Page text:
Congress: Can’t anybody there play this game?

Jimmy Breslin

Jimmy Breslin

One of the best books ever written about baseball was New York newspaper columnist Jimmy Breslin‘s “Can’t Anybody Here Play This Game?”  It chronicled the 1962 season of the hapless New York Mets when the team was considered the worst in baseball history.

Breslin was one of the newspapermen I admired most during my early days as a young reporter and photographer at The Roanoke Times, a daily newspaper in Southwestern Virginia.  I joined the paper at age 17 in 1965, straight out of high school, and had a column there by the time I turned 19.

Nowadays, at 65 and covering local governments, courts and photographing high school sports for Warren Buffet-owned newspapers as well as publishing the political new web site Capitol Hill Blue, I remember reading that book as a teenager.

Breslin, now 83, still lives in New York and his column for the New York Daily News comes and goes nowadays, depending on his whim.  If he were writing a book with the title of “Can’t Anybody Here Play This Game” today, it would probably be about the hapless Congress of the United States.

In 1962, the New York Mets lost 120 out of 160 games. Even so, their record in that horrific year is still better than the record of Congress now or in the recent past.

The recently concluded 16-day government shutdown and the narrowly-avoided default on federal debt was simply the latest debacle of a Congress that can’t function.  It is a body with dysfunctional leadership in the House, meandering direction in the Senate, and gridlock at every turn.

During a decade long sabbatical from journalism, I worked on Capitol Hill from 1981-87, first as a press secretary, later as a Congressional chief of staff.  In those days, we got things done by working together with the other side, compromising when necessary and holding firm on items that we felt best served our legislative goals and served our constituents.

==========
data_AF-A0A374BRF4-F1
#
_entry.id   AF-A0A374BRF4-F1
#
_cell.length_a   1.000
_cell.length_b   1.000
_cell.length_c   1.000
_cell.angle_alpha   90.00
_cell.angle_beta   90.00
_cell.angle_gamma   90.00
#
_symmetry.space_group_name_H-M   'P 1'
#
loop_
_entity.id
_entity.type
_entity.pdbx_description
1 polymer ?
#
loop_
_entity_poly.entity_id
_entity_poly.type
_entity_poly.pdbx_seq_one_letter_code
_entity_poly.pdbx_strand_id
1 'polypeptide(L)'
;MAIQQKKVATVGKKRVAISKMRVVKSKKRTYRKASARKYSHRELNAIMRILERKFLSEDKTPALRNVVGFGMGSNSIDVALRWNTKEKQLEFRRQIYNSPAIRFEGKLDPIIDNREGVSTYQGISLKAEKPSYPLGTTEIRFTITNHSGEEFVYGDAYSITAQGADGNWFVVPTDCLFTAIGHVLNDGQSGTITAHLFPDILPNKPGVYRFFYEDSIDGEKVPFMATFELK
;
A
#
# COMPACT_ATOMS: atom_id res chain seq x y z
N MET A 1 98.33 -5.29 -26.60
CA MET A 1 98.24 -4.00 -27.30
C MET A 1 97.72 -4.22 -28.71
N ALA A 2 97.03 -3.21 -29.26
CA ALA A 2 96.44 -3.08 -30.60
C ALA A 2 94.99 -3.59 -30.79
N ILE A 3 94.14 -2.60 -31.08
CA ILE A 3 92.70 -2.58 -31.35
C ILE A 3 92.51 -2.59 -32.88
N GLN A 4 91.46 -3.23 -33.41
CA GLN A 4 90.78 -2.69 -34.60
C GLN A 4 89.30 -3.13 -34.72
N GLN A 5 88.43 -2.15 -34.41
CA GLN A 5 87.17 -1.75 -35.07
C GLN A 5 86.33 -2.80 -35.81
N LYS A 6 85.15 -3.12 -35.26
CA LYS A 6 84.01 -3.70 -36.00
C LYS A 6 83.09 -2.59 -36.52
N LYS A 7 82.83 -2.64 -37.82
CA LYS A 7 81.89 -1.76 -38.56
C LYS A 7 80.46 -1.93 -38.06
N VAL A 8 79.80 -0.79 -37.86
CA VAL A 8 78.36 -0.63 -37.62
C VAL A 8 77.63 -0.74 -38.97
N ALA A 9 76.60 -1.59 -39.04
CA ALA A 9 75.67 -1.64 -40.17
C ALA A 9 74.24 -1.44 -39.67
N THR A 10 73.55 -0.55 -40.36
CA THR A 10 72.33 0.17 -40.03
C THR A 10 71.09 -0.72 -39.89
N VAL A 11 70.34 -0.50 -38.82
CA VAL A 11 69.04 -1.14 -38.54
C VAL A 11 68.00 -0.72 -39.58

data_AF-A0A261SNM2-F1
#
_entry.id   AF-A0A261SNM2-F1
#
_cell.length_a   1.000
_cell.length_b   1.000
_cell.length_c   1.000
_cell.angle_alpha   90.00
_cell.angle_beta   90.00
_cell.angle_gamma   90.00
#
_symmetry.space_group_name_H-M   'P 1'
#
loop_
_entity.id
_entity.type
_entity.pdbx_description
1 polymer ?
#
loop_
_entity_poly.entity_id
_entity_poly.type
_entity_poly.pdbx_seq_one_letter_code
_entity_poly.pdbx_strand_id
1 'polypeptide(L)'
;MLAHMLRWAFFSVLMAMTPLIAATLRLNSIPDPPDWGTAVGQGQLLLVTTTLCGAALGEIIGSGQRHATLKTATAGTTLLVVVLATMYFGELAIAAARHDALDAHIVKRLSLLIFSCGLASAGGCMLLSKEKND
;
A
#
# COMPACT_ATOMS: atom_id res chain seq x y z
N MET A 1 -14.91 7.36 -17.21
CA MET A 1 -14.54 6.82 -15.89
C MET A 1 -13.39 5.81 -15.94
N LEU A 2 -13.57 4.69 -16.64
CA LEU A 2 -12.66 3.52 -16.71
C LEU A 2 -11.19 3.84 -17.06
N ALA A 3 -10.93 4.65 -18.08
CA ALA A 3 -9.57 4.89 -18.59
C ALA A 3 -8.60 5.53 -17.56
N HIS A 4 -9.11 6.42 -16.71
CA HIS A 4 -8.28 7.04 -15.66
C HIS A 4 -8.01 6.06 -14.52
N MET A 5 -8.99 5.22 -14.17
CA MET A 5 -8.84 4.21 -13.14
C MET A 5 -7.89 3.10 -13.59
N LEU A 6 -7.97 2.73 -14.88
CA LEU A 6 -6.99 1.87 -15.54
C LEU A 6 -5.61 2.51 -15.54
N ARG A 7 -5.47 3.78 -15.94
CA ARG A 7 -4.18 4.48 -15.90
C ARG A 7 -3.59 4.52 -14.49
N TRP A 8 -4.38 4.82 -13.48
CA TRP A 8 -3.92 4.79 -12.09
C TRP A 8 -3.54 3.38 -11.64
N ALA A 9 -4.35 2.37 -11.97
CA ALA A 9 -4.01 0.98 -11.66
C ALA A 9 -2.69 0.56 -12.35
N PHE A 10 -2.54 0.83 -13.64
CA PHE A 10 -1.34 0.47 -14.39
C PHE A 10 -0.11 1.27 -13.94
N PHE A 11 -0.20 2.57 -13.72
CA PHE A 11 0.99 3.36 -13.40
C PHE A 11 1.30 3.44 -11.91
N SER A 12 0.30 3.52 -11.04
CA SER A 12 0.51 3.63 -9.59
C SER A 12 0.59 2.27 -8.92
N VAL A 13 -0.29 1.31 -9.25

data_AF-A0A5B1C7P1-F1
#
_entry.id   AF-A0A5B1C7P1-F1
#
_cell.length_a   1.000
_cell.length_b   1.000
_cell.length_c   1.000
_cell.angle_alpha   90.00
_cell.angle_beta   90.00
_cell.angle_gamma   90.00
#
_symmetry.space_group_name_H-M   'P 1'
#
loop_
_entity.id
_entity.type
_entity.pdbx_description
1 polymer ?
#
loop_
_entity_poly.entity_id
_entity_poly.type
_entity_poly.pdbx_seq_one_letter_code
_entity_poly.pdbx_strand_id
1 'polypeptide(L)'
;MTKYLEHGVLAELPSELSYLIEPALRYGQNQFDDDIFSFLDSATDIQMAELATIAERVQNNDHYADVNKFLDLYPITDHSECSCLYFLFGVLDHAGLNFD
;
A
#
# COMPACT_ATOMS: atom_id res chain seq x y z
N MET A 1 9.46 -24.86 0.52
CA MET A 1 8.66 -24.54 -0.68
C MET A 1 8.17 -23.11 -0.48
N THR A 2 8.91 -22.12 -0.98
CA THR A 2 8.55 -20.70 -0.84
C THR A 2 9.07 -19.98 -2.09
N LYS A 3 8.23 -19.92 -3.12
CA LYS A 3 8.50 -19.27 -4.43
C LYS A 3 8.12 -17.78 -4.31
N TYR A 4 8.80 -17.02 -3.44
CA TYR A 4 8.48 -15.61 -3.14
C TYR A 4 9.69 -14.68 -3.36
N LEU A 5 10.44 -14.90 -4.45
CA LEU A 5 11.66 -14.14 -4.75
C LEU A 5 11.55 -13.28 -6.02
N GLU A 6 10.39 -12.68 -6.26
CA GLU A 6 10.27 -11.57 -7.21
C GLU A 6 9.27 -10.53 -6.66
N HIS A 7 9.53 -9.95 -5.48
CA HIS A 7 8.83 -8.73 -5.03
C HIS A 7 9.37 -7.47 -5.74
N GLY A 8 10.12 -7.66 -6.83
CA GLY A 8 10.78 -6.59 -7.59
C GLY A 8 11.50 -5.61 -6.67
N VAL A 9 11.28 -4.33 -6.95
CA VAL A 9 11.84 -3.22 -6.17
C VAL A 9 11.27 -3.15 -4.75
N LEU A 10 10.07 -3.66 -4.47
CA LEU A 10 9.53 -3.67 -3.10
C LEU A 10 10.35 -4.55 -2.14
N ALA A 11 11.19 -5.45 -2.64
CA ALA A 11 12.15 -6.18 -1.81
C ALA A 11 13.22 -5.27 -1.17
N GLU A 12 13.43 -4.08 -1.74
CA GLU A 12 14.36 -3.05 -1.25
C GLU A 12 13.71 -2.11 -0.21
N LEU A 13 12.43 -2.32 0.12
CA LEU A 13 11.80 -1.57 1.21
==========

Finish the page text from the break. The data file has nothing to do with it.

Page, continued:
But that ended in 1994, when Newt Gingrich and a uncompromising gang of “our way or the highway” Republicans took control of Congress.   The GOP got there with the so-called “Contract With America,” which promised term limits, an end to non-germane amendments to vital legislation, elimination of “earmark” pork barrel projects and a new transparency on the Hill.

Within 90 days of taking control, the Republicans broke each of those promises and turned Congress into a morass defined by political gridlock.

Things haven’t been the same on the Hill since and the situation gets worse with each term.

Yes, Jimmy Breslin’s book, “Can’t Anybody Here Play This Game” could be written today about the United States Congress.

Another of his books could apply as well.  It was called “The Gang That Couldn’t Shoot Straight,” a tale of two inept, warring Mafia families that did anything wrong.

Let’s see.  Two warring groups who can’t do anything right.

Is that the Mafia?  Or is it Congress?

Or is there really any difference?

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